By default the IDL compiler puts the Dylan projects it generates into subdirectories/subfolders in the same directory/folder as the IDL source file. You can force it to put the subdirectories/subfolders in another elsewhere using this option.

The directory can be an absolute or relative name. Relative names are resolved with respect to the directory/folder the spec file is in.

prefix: directory-prefix

The default names for the generated subdirectories/subfolders are protocol, stubs, and skeletons.

You can specify a prefix for these names with this prefix: option. The prefix will be appended with a leading - character.

This might be useful when you want to put the project subdirectories/subfolders from more than one IDL file in a common location.

include: directory

Adds directory to the search path list which the preprocessor uses to find files mentioned in #include directives.

The directory can be an absolute or relative name. Relative names are resolved with respect to the directory/folder the spec file is in.

case: yes | no

By default the IDL compiler ignores case when recognising keywords and identifiers, but when this option is set to yes, the characters in identifiers and keywords must have exactly the same case as the identifier or keyword definition in order to be recognized.

Default value: no.

clean: yes | no

If yes, forces the IDL compiler to regenerate code irrespective of whether or not it thinks any generated code that exists is up to date with respect to the IDL source file.

Default value: no.

protocol:   yes | no

If yes, this option will ensure the IDL compiler generates the protocol library from the IDL source. The protocol project will be added as a subproject of the CORBA project. This option should be used by projects that wish to use the Dylan framework generated from the IDL source but not the stubs or skeletons code.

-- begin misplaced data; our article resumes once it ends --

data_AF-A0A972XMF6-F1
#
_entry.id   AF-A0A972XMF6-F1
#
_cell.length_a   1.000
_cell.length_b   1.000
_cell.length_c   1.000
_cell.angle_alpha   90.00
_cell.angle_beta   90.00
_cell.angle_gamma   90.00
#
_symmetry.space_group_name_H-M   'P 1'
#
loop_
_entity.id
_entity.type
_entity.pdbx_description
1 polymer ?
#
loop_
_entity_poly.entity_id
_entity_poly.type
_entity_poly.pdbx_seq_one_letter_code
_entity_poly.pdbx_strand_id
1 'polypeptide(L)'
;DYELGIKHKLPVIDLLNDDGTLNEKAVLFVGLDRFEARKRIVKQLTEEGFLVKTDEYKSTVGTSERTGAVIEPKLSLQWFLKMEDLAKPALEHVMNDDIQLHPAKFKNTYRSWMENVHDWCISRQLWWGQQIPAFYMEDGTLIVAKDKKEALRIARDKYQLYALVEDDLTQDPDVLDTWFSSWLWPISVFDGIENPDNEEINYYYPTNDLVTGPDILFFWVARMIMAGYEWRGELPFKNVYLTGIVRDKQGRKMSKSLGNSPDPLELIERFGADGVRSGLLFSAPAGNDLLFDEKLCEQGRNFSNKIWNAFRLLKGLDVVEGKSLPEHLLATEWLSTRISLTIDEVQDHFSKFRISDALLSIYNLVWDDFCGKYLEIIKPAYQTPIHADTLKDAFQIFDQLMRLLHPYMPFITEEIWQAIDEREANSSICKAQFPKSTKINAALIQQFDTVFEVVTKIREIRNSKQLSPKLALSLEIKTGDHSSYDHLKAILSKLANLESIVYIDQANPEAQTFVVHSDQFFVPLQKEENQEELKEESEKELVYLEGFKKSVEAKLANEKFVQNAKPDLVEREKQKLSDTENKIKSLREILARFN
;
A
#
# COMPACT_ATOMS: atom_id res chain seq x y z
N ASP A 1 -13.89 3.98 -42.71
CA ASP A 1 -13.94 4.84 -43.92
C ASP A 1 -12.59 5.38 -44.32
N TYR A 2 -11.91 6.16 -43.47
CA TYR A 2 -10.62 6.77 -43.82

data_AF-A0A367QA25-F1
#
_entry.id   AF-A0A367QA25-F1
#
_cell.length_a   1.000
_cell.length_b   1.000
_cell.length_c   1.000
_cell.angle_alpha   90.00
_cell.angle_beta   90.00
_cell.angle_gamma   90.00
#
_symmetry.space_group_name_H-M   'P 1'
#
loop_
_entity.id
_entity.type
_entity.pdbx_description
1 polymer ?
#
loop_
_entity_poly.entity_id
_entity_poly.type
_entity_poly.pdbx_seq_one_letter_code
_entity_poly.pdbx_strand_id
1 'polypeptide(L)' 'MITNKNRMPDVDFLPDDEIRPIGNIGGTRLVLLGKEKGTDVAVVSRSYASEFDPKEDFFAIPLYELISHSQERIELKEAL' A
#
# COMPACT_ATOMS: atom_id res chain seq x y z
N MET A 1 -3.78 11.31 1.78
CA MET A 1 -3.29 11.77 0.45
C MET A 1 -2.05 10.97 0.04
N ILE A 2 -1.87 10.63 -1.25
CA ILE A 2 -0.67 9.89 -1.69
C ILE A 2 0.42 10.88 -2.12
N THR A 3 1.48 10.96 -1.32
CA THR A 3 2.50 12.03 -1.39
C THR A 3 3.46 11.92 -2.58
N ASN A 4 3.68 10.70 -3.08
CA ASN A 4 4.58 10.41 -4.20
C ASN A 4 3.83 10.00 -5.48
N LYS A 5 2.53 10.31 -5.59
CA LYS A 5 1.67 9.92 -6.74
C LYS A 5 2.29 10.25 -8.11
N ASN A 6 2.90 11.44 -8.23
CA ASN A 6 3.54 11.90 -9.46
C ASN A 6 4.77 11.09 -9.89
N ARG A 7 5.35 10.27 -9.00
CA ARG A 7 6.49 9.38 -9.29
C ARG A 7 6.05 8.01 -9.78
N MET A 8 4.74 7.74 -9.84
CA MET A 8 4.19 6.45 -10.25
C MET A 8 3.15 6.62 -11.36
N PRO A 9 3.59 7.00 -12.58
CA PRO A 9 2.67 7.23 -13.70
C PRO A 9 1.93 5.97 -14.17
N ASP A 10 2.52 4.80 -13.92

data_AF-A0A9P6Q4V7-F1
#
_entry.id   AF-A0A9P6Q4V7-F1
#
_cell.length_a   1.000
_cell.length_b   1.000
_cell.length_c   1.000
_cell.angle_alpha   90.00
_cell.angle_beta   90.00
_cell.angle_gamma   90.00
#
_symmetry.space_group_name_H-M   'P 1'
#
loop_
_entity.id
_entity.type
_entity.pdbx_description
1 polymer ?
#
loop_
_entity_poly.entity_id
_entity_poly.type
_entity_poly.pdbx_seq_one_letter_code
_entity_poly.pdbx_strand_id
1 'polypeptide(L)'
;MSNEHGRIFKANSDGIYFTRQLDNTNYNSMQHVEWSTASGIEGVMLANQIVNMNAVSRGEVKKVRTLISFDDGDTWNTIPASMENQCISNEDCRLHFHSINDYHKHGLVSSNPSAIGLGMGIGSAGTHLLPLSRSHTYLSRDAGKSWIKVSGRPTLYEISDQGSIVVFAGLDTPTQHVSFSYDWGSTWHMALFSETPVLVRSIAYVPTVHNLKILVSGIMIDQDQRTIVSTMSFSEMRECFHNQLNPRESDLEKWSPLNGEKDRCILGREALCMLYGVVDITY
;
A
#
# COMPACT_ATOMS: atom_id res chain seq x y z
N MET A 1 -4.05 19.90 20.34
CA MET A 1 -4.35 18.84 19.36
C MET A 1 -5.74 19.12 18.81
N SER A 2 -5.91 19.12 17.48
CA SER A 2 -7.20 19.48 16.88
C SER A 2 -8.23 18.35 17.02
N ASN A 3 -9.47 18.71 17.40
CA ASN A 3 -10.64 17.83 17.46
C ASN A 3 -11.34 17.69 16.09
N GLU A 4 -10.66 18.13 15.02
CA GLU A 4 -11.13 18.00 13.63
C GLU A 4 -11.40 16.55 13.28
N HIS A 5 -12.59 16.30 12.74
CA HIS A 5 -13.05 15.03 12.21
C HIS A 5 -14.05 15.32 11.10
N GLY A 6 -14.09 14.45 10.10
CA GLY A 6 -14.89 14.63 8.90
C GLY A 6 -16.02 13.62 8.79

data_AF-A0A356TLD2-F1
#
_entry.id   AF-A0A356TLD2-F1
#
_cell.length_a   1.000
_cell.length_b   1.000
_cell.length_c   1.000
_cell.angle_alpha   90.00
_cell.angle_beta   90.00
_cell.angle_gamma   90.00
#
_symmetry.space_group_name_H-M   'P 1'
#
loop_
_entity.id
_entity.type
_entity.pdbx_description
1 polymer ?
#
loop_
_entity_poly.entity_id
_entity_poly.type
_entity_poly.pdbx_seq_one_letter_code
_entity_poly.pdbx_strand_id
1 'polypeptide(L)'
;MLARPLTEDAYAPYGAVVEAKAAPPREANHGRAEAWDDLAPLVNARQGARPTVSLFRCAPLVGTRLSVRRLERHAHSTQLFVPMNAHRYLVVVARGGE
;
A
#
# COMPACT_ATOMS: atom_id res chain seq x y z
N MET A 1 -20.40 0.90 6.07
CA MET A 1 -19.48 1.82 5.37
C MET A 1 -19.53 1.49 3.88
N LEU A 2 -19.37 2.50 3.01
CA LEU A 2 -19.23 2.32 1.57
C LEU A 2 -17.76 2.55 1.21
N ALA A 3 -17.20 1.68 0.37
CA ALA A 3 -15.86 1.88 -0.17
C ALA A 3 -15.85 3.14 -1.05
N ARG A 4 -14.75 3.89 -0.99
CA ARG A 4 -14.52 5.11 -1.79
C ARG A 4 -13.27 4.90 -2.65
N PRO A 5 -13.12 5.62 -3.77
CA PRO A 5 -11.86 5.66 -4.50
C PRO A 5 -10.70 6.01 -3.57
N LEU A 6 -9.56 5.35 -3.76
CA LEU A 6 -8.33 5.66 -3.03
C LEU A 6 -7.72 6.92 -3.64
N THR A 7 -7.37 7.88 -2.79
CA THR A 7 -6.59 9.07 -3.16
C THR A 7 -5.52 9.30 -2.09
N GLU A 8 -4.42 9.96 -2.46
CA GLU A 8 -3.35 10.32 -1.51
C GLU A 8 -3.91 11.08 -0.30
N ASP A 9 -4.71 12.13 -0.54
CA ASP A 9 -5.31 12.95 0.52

Default value: no.

Using IDL for non-CORBA work

By default, when Scepter generates a stubs or skeletons project from an IDL file, it also generates a protocol project. The protocol project contains Dylan code mapped directly from the IDL file: open generic functions and open classes. The protocol project does not contain any low-level CORBA marshalling code, which is left to the stubs and skeletons projects.

Thus the protocol project contains a pure Dylan protocol for implementing a piece of software according to an IDL contract. This can be useful for projects wishing to make use of the protocol without necessarily using an ORB for communication. For example, an application team might want to introduce the discipline of an IDL description early on in the project lifecycle so that development work on the clients and servers can proceed in parallel using dummy local implementations of the other components.

To have Scepter generate a protocol project only, choose the appropriate option in the Projects to Generate area of the New Project wizard’s CORBA options page. Alternatively, after the project has been created you can modify the its spec file to use the Protocol: keyword with the value yes. Scepter will ensure the protocol project is generated, but will not generate the stubs or skeletons projects unless the Stubs: or Skeletons: keywords are also present and have the value yes.

The protocol project is automatically made a subproject of the CORBA project.